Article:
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Prof. Linda M. Heywood Ph.D.


Self Description

April 2010: "Professor Linda Heywood is the author of Contested Power in Angola, editor of and contributor to Central Africans: Cultural Transformations in the American Diaspora, and co-author with John Thornton of Central Africans, Atlantic Creoles, and the Foundation of America (Cambridge University Press, July 2007), which won the Melville J. Herskovits Award for the best scholarly work on Africa published in English in 2007. Her articles on Angola and the African Diaspora have appeared in The Journal of African History, Journal of Modern African Studies, Slavery and Abolition, and the Journal of Southern African Studies. She has served as a consultant for numerous museum exhibitions, including African Voices at the Smithsonian Institution, Against Human Dignity sponsored by the Maritime Museum, and the new exhibit at Jamestown, Virginia. She was also one of the history consultants and appeared in the PBS series African American Lives (2006) and Finding Oprah’s Roots (2007)."

http://www.bu.edu/afam/faculty/linda-heywood/

Third-Party Descriptions

April 2010: "How did slaves make it to these coastal forts? The historians John Thornton and Linda Heywood of Boston University estimate that 90 percent of those shipped to the New World were enslaved by Africans and then sold to European traders. The sad truth is that without complex business partnerships between African elites and European traders and commercial agents, the slave trade to the New World would have been impossible, at least on the scale it occurred."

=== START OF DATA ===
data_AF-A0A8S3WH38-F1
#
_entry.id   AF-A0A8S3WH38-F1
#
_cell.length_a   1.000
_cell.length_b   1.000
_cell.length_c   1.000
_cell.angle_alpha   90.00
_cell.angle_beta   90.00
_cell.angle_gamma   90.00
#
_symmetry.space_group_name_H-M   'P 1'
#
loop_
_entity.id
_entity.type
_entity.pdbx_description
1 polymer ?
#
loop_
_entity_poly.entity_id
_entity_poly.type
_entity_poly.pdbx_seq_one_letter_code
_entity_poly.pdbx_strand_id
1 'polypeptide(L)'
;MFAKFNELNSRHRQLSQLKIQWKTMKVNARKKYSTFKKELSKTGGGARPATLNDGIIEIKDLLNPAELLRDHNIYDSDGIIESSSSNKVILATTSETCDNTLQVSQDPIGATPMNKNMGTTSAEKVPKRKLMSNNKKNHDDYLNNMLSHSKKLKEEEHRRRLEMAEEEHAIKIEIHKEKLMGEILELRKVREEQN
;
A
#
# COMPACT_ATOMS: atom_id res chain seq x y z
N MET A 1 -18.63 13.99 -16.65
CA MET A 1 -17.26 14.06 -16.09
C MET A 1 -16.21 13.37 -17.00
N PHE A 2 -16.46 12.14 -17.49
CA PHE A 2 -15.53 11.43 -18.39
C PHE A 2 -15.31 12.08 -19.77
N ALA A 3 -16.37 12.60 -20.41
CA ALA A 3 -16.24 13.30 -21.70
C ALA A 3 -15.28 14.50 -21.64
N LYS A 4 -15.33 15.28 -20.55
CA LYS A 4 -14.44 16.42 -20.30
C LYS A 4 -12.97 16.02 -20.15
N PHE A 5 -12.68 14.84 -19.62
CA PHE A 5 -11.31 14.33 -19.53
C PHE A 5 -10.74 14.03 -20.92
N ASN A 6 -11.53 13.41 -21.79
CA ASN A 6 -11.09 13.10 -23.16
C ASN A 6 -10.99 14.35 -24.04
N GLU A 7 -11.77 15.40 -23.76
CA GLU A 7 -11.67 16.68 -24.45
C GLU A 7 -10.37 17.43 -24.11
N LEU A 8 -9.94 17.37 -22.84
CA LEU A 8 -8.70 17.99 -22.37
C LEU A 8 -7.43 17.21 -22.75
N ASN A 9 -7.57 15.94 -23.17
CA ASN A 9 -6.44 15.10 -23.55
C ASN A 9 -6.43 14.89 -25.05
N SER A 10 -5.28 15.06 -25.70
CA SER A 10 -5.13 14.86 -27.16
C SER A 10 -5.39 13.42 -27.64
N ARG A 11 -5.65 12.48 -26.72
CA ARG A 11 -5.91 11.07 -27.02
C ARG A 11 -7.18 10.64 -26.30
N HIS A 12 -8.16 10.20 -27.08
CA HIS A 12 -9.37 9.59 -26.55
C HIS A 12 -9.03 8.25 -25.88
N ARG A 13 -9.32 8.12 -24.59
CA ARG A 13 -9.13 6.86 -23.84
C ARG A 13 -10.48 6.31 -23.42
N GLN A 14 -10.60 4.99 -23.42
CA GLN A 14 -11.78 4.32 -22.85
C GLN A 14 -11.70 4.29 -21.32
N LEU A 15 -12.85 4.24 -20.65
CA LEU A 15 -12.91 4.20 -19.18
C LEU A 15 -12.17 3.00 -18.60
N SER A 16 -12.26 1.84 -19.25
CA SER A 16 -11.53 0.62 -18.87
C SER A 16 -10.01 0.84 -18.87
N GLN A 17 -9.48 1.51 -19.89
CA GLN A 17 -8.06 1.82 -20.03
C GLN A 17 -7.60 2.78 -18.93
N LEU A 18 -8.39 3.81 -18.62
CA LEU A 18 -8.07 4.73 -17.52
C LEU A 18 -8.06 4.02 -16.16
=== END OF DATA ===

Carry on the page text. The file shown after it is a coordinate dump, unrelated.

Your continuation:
http://www.nytimes.com/2010/04/23/opinion/23gates.html

Relationships

RoleNameTypeLast Updated
Cooperation (past or present) Colleague/Co-worker of (past or present) Prof. John K. Thornton Ph.D. Person Apr 23, 2010

Articles and Resources

Date Fairness.com Resource Read it at:
Apr 23, 2010 Ending the Slavery Blame-Game

QUOTE: how to parcel out blame to those directly involved in the capture and sale of human beings for immense economic gain. While we are all familiar with the role played by the United States and the European colonial powers like Britain, France, Holland, Portugal and Spain, there is very little discussion of the role Africans themselves played.

New York Times